Previous Entries In The Best of 2016:

  1. TFG’s 2016 Comics Year In Review : Top Tens, Worsts, And Everything In Between
  2. Anime of the Year: 2016
  3. 25 Best, Worst, and Gems I Saw In 2016

 

Cleaning Out The DVR Yet Again #12: Day of Reckoning (dir by Joel Novoa)


(Lisa recently discovered that she only has about 8 hours of space left on her DVR!  It turns out that she’s been recording movies from July and she just hasn’t gotten around to watching and reviewing them yet.  So, once again, Lisa is cleaning out her DVR!  She is going to try to watch and review 52 movies by Wednesday, November 30th!  Will she make it?  Keep checking the site to find out!)

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The next film that I watched off of the DVR was Day of Reckoning, a film that premiered on the SyFy network on October 8th.

Day of Reckoning was one of the handful of films that premiered as a part of SyFy’s 31 Days of Halloween.  There was a time when the SyFy network used to air a new film every week.  That was a golden age for those of us who enjoy live tweeting and snarking online.  Unfortunately, it would appear that the network made a change in their business model and SyFy drastically cut back on the number of original films that they produced and/or bought each year.  Now, if you want to see an original film premiere on SyFy, you either have to wait for Shark Week or October.  It’s unfortunate but that’s the way things are.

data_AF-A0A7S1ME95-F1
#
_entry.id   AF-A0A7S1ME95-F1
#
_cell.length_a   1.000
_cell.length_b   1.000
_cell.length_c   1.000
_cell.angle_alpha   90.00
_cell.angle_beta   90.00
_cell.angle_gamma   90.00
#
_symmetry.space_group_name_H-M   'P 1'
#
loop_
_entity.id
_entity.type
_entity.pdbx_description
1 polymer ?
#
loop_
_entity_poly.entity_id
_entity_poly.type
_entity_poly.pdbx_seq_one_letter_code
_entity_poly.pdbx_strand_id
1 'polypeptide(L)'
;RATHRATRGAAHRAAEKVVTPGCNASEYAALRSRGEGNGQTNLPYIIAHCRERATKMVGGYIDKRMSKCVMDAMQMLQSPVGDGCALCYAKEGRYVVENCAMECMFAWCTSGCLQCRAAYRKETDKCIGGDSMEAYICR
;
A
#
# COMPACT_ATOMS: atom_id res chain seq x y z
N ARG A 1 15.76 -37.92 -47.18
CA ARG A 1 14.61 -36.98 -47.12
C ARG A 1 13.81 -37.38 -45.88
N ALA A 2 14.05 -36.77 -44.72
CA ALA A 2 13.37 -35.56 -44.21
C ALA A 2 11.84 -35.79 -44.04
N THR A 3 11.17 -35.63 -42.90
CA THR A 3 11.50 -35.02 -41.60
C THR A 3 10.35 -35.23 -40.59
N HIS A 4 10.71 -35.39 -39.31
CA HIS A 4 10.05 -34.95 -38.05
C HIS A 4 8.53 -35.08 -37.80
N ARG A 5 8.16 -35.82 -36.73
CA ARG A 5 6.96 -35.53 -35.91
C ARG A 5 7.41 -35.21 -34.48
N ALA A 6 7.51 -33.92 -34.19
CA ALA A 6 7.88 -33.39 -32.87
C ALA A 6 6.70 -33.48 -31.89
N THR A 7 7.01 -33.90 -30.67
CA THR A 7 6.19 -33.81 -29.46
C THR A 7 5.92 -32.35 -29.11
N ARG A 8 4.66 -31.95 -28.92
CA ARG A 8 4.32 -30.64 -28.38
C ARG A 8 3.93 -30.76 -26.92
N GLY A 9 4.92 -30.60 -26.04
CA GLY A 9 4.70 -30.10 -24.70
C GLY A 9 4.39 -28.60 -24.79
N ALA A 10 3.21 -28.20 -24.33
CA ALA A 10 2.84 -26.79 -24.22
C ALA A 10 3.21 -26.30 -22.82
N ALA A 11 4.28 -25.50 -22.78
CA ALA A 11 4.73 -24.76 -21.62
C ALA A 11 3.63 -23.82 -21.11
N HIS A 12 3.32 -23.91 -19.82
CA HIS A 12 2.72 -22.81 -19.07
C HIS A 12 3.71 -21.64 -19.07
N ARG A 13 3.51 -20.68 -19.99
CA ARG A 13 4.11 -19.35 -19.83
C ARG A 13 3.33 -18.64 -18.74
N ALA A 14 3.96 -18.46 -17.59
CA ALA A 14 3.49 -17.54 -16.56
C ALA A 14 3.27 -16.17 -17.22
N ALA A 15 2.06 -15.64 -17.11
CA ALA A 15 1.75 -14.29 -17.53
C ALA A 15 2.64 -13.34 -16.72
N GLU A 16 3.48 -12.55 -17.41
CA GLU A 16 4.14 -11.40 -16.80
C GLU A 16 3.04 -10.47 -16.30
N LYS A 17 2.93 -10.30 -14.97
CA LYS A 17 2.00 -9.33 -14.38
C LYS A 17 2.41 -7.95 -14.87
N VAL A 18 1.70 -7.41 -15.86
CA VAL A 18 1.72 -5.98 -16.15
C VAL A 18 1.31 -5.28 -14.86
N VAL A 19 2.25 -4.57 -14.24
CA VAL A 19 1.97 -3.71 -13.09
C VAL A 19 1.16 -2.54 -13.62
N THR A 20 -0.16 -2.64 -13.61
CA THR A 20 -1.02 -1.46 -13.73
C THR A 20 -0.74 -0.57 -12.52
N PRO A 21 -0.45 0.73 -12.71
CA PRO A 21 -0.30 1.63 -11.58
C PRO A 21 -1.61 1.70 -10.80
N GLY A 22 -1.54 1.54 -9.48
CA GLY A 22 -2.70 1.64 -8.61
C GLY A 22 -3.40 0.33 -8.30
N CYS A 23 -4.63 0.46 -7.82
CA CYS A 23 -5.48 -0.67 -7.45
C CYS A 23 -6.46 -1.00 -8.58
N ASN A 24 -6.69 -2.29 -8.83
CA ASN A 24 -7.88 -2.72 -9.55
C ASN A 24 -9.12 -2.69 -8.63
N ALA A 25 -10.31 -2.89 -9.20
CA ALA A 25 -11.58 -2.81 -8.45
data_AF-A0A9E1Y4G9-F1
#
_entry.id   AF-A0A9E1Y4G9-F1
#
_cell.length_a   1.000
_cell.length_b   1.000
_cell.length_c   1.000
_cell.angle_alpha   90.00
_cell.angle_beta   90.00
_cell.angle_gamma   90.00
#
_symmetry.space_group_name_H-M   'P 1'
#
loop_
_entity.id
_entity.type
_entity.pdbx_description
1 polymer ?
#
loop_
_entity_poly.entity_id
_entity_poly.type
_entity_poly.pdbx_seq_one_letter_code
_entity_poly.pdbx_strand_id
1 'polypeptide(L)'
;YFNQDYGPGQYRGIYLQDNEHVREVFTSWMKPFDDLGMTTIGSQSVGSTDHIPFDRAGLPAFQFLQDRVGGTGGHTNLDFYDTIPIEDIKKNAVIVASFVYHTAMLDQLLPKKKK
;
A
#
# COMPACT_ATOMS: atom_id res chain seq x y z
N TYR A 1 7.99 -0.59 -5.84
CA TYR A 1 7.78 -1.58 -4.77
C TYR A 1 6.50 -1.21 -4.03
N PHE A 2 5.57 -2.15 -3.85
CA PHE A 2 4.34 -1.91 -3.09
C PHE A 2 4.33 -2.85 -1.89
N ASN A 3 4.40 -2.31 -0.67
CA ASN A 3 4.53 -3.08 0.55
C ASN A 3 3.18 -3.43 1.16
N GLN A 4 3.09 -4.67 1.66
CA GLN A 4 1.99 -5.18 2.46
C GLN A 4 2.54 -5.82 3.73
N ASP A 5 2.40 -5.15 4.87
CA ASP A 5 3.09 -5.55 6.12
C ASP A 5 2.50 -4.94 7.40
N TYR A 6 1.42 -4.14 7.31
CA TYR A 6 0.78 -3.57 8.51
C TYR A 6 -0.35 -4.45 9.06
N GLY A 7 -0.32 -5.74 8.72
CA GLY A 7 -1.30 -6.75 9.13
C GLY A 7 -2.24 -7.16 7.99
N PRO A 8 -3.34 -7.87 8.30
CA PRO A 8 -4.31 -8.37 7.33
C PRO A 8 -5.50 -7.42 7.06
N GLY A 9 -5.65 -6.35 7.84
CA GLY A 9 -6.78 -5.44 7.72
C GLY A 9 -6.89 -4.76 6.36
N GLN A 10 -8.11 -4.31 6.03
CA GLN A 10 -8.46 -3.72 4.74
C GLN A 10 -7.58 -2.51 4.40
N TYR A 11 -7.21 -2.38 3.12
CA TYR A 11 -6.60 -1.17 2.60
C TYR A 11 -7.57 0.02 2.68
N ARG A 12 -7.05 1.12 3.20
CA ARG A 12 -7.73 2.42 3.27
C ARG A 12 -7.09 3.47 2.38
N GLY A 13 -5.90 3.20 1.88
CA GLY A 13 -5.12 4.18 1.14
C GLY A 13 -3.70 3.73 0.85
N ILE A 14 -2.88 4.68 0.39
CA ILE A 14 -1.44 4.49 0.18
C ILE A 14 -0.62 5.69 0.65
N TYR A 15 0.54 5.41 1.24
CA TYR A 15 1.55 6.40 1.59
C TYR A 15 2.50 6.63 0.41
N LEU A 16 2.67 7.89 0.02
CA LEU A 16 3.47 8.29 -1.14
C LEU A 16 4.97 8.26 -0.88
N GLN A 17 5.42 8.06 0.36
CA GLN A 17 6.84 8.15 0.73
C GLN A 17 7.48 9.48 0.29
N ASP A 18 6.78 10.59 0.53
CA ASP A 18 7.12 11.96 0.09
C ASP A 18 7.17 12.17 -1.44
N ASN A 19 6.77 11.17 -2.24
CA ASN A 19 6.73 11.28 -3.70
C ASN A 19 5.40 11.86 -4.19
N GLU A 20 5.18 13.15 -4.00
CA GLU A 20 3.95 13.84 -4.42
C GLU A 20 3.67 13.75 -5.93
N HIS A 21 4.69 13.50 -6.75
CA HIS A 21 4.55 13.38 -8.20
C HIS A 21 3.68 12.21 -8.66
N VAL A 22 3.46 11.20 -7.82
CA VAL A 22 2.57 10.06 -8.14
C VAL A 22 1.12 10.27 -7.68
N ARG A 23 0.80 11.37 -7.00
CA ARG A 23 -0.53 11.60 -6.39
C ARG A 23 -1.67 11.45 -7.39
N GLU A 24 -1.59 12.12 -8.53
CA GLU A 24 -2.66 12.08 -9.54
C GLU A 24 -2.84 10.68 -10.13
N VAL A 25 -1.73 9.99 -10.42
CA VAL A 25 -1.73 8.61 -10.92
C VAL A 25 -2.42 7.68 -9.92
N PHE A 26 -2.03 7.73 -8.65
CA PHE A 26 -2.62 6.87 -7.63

This year, it seemed as if almost all of SyFy’s October premieres were essentially remakes of It Follows.  Day of Reckoning is unique because it went the opposite route.  In no way is this film a rip-off of It Follows.

Instead, it’s more of a rip-off of The Purge: Anarchy.

16 years ago, during an eclipse, Earth was attacked by a pack of dogs from Hell.  That’s not just me being overdramatic.  Fissures literally formed in the ground and these dogs sprang out from the depths of Hell.  For 24 hours, the hellhounds terrorized and killed.  And then, much like a wealthy, mask-wearing murderer at the end of the annual Purge, they just vanished.  Naturally, the survivors built barriers over the fissures and hoped that the dogs would never return.  But now, another eclipse is approaching and some people are terrified that it’s going to happen again.

And you know what?

Those people are right.